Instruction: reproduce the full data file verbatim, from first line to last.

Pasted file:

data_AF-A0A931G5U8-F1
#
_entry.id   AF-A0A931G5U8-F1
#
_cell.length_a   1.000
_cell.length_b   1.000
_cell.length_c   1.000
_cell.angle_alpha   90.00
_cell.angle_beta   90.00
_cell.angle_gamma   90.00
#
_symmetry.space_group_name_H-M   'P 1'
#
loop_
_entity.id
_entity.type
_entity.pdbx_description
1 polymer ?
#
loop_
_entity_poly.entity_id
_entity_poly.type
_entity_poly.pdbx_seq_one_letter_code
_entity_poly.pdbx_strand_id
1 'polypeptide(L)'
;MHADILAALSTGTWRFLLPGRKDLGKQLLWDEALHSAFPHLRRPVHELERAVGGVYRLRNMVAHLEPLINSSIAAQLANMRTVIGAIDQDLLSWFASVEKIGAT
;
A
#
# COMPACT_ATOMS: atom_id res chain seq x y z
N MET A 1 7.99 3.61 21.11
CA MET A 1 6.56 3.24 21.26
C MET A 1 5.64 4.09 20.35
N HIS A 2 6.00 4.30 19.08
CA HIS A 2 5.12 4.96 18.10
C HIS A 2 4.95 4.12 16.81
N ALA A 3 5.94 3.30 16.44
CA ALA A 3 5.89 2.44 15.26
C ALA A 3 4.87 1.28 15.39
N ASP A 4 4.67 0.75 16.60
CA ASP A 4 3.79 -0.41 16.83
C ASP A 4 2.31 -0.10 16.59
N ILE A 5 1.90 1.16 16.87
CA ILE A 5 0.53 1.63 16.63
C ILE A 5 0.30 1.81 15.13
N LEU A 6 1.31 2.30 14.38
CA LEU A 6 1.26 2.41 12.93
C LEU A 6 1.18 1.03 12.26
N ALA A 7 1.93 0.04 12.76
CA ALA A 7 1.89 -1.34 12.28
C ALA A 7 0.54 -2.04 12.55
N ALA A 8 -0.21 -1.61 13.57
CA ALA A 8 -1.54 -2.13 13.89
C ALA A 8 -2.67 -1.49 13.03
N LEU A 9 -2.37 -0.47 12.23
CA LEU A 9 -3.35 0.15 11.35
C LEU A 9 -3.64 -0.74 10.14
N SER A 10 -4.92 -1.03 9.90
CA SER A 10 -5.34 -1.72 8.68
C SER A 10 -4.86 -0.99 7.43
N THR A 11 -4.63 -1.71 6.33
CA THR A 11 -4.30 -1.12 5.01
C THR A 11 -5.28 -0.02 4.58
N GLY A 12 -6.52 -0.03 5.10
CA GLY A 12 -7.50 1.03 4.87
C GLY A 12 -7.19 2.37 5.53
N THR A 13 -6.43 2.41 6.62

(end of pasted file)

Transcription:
data_AF-A0A931G5U8-F1
#
_entry.id   AF-A0A931G5U8-F1
#
_cell.length_a   1.000
_cell.length_b   1.000
_cell.length_c   1.000
_cell.angle_alpha   90.00
_cell.angle_beta   90.00
_cell.angle_gamma   90.00
#
_symmetry.space_group_name_H-M   'P 1'
#
loop_
_entity.id
_entity.type
_entity.pdbx_description
1 polymer ?
#
loop_
_entity_poly.entity_id
_entity_poly.type
_entity_poly.pdbx_seq_one_letter_code
_entity_poly.pdbx_strand_id
1 'polypeptide(L)'
;MHADILAALSTGTWRFLLPGRKDLGKQLLWDEALHSAFPHLRRPVHELERAVGGVYRLRNMVAHLEPLINSSIAAQLANMRTVIGAIDQDLLSWFASVEKIGAT
;
A
#
# COMPACT_ATOMS: atom_id res chain seq x y z
N MET A 1 7.99 3.61 21.11
CA MET A 1 6.56 3.24 21.26
C MET A 1 5.64 4.09 20.35
N HIS A 2 6.00 4.30 19.08
CA HIS A 2 5.12 4.96 18.10
C HIS A 2 4.95 4.12 16.81
N ALA A 3 5.94 3.30 16.44
CA ALA A 3 5.89 2.44 15.26
C ALA A 3 4.87 1.28 15.39
N ASP A 4 4.67 0.75 16.60
CA ASP A 4 3.79 -0.41 16.83
C ASP A 4 2.31 -0.10 16.59
N ILE A 5 1.90 1.16 16.87
CA ILE A 5 0.53 1.63 16.63
C ILE A 5 0.30 1.81 15.13
N LEU A 6 1.31 2.30 14.38
CA LEU A 6 1.26 2.41 12.93
C LEU A 6 1.18 1.03 12.26
N ALA A 7 1.93 0.04 12.76
CA ALA A 7 1.89 -1.34 12.28
C ALA A 7 0.54 -2.04 12.55
N ALA A 8 -0.21 -1.61 13.57
CA ALA A 8 -1.54 -2.13 13.89
C ALA A 8 -2.67 -1.49 13.03
N LEU A 9 -2.37 -0.47 12.23
CA LEU A 9 -3.35 0.15 11.35
C LEU A 9 -3.64 -0.74 10.14
N SER A 10 -4.92 -1.03 9.90
CA SER A 10 -5.34 -1.72 8.68
C SER A 10 -4.86 -0.99 7.43
N THR A 11 -4.63 -1.71 6.33
CA THR A 11 -4.30 -1.12 5.01
C THR A 11 -5.28 -0.02 4.58
N GLY A 12 -6.52 -0.03 5.10
CA GLY A 12 -7.50 1.03 4.87
C GLY A 12 -7.19 2.37 5.53
N THR A 13 -6.43 2.41 6.62